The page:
A third dimension relates to how the service experience changes the way students see themselves in the community or the wider society. While a number of studies have established that many young people feel disconnected from their community and might have an egocentric way of viewing the world, effective service activities engage students emotionally with their communities (Root and Billig 2008). Catalano and colleagues (2004) showed that participation in communities helped students develop stronger connections to the community norms and values, thereby contributing to community cohesion.

Local Action, Global Meaning

While a meaningful project can have a lasting impact on students as well as recipients, it has the potential to serve an even higher purpose if it is firmly placed in its appropriate wider context. Students should be encouraged to analyze how the need they are addressing is but one step toward a broader vision of tackling the problem on the local, national, and global levels.

Thus service-learning projects that adhere to the K-12 Service-Learning Standards for Quality Practice help develop civic awareness and democratic citizenship (Root and Billig 2008). Through learning and reflection, students are capable of comparing their life situations to those of the people they serve and they place any need or problem in local and global contexts. Once students start to consider the possibility of changing social problems, they realize the importance of the learning component. It takes service to meet needs, but knowledge and skills to end them.

Catalano, R. F., Haggerty, K. P., Oesterle, S., Fleming, C. B., and Hawkins, J.D. (2004). The importance of bonding to school for healthy development: Findings from the Social Development Research Group (pp. 252-261). Journal of School Health, 74(7).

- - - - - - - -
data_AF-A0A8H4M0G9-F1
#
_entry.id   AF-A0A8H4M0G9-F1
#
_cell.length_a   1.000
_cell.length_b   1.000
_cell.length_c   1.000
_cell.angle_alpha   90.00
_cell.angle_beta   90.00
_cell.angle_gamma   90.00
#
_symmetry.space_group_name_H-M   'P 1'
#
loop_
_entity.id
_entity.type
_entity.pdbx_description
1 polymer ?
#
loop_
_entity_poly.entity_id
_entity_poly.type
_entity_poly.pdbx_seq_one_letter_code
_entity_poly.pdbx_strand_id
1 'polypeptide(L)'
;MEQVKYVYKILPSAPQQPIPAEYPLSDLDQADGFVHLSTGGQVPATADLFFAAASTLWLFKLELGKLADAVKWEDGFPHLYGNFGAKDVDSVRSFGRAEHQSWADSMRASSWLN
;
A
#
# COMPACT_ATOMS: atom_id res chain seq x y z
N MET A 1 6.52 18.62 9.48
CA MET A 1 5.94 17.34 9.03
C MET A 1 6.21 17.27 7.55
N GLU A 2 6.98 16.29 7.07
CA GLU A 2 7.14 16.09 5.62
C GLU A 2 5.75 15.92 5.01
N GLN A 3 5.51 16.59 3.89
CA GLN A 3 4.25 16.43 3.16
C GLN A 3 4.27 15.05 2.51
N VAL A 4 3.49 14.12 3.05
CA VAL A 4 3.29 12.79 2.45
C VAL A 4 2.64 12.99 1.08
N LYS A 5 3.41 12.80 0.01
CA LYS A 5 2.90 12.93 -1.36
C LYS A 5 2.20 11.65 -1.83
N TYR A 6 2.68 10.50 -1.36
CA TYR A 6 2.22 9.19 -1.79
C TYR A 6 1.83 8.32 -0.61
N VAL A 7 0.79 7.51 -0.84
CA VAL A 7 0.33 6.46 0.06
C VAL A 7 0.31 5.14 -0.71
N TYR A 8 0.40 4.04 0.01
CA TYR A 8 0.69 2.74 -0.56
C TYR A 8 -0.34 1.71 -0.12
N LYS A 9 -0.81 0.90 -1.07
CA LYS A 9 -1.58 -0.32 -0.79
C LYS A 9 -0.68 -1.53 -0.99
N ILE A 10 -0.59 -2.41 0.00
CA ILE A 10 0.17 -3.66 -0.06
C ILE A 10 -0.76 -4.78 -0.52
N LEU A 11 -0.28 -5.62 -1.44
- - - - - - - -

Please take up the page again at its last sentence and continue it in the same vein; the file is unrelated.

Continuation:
Furco, A. (2002). Is service-learning really better than community service? A study of high school service program outcomes. In A. Furco & S. H. Billig (Eds.), Advances in service-learning research: Vol. 1. Service-learning: The essence of the pedagogy (pp. 23-50). Greenwich, CT: Information AGe.
Neal, M., Leeper, T., and Root, S. (2009). Attributes of quality service-learning in respondents’ past service experience: new findings from NYLC’s Transitioning to Adulthood Survey. In Growing to Greatness 2009 (in press), St. Paul, MN: NYLC.
Root, S., and Billig, S. H. (2008). Service-learning as a promising approach to high school civic engagement. In J. Bixby & J. Pace (Eds.), Educating democratic citizens in troubled times: Qualitative studies of current efforts (pp. 107-130). Albany, NY: SUNY Press.
Yates, M. (1995). Community service and identity development in adolescence. Dissertation. Catholic University of America. Washington, DC.

YAC Member Champions Gender Equality

NYLC is proud to recognize Youth Advisory Council Member Soua Thao as she is presented with the Sharon L. Doherty Student Leadership Award from the Women’s Center at the University of Minnesota. Nominated by peers and mentors, Soua’s work to advance education equity and stimulate youth leadership has deep connections to women’s issues, forged by large underlying factors like sexism, racism, and inequalities in socioeconomic status. Soua was honored with the award at the annual Celebrating University Women Awards Program, hosted by the Women’s Center late last month.

Shrimp Doherty Award

The Sharon L. Doherty Student Leadership Award recognizes a servant-leader from the University of Minnesota who demonstrates outstanding volunteer service and advocacy for women’s issues on campus or in the broader community. The Doherty Award was established in 1993 and honors the work of former doctoral student and University of Minnesota alumna, Sharon Doherty, whose exhaustive efforts led to the successful Commission on Women’s Students Initiative and continued University commitment to programming for women students. Soua’s work in the community has also created a sense of belonging to it, “All summer I had struggled with finding a place to call home. Now, after receiving support from my professors, friends, mentors, and family, I am happy to be a student at the University of Minnesota.”

As part of the Doherty Award, Soua will receive a $1000 grant to be used for attendance to a national leadership conference focused on the empowerment of women. “I am honored by this award and am so thankful to have an opportunity to attend a conference and to learn what others are doing about women’s issues and what I can do, too.”